Just a quick update on my book. My wife and sons have gone out of town this weekend to support my work getting this draft of my book done. I just printed out the last stand in page. There is still lots of work to be done on each illustration, but overall, I’m trying to bring the book into focus and see what changes I want to make. Already this morning I realized I need one more page, but I’m not sure I have it in me this weekend with everything else I’m trying to pull together. The goal; pull as much as I can for this draft so I can print my demo book (I used to make this stuff by hand but no longer, I send to MixBook currently).
I’m very grateful to have the support of my family, both in helping me think of ideas and of course posing endlessly for me. I really put the boys through a lot of calisthenics for this one.
It’s the point in creating a book where as it comes into focus and clarity, there is that sneaky self doubt that creeps in and asks, “what the hell are you doing?” I would like to say I ignore that voice, but it’s pretty insidious at times.
Of course there is that other side of me that says, “keep going – don’t stop”. I’ve never run a marathon but I imagine it must be a similar argument. So this is my marathon weekend trying to get this all ready so that I can take a break and go away next week with my family.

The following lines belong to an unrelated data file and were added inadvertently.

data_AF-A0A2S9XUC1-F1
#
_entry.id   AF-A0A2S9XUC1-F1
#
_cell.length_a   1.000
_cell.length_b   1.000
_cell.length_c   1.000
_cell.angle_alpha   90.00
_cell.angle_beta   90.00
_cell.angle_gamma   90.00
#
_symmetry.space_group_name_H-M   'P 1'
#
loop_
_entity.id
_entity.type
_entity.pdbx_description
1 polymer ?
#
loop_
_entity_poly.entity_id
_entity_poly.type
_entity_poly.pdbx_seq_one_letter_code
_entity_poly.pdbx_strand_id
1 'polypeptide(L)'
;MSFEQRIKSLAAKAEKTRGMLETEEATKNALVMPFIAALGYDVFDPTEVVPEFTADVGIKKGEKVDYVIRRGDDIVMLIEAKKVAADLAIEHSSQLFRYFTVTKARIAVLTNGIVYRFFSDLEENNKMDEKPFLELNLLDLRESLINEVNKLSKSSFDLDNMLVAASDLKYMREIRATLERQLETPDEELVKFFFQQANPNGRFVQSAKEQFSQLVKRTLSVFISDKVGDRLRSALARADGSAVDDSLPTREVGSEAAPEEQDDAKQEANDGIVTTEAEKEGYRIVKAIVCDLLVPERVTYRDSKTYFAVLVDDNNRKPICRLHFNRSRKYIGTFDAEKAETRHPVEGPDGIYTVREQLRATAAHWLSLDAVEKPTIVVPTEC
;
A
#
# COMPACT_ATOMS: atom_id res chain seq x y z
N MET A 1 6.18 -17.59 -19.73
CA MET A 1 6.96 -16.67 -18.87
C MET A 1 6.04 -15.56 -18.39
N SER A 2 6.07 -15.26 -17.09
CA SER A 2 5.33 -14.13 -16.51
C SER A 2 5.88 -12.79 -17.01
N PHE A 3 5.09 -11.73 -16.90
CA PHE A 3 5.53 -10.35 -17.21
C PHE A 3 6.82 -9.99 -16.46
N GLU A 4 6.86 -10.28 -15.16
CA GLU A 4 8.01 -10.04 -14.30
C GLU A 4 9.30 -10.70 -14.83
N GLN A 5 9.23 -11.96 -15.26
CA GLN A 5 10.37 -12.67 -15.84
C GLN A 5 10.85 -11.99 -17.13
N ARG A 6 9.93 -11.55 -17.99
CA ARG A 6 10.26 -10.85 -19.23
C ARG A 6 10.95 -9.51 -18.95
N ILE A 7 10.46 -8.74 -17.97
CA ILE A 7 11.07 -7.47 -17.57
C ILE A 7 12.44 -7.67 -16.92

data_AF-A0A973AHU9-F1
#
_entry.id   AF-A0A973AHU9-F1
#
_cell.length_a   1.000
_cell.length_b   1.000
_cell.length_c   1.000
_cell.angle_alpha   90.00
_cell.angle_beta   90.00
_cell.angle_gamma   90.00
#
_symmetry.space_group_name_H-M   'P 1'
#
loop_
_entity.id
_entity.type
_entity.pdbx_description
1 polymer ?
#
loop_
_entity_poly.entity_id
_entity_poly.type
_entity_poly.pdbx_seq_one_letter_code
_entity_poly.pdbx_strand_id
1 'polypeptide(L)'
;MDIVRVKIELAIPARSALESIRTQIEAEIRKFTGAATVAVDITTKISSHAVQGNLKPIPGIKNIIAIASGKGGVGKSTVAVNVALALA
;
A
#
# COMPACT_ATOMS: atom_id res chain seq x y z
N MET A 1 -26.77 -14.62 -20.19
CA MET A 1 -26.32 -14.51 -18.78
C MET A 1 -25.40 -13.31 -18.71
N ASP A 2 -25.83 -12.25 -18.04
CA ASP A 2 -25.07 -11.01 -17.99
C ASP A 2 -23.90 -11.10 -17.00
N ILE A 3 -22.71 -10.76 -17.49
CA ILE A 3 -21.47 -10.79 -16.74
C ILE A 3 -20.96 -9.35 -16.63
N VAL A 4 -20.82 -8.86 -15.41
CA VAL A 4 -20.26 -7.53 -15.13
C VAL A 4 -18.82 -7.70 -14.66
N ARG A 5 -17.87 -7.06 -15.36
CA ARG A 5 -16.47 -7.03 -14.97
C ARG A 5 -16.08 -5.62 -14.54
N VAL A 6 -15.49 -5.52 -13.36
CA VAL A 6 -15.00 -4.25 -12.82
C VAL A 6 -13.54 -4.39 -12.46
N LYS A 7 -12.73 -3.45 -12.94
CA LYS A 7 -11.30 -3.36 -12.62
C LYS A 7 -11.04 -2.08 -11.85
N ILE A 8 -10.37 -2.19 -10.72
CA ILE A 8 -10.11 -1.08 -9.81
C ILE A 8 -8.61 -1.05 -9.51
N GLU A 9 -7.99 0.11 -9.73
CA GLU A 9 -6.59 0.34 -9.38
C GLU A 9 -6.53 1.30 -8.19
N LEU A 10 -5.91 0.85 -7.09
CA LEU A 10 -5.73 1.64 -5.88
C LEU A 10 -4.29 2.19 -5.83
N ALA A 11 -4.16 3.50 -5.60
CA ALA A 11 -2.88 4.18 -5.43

Tomorrow my goal is to massage the text (essentially re-write it) and at some point I’m going to send some digital copies to friends and family to read to their children.
Just a quick update to show my book coming into focus. Even amidst some self doubt lately, I’m still slogging through and trying to make progress. Thumbnail images come down as I develop the whole book. I make decisions based on the big picture and how images work together throughout the book. These two images show the progress since October.
My goal is to have a working first draft by mid-January. There is still a lot more work to do, but it’s nice to look back sometimes and just see the progress, as a gauge of whether I still have momentum or not.
I’m working more quickly lately, having made the decision to stop producing my book, A Little Space, with traditional media and switching to using Photoshop.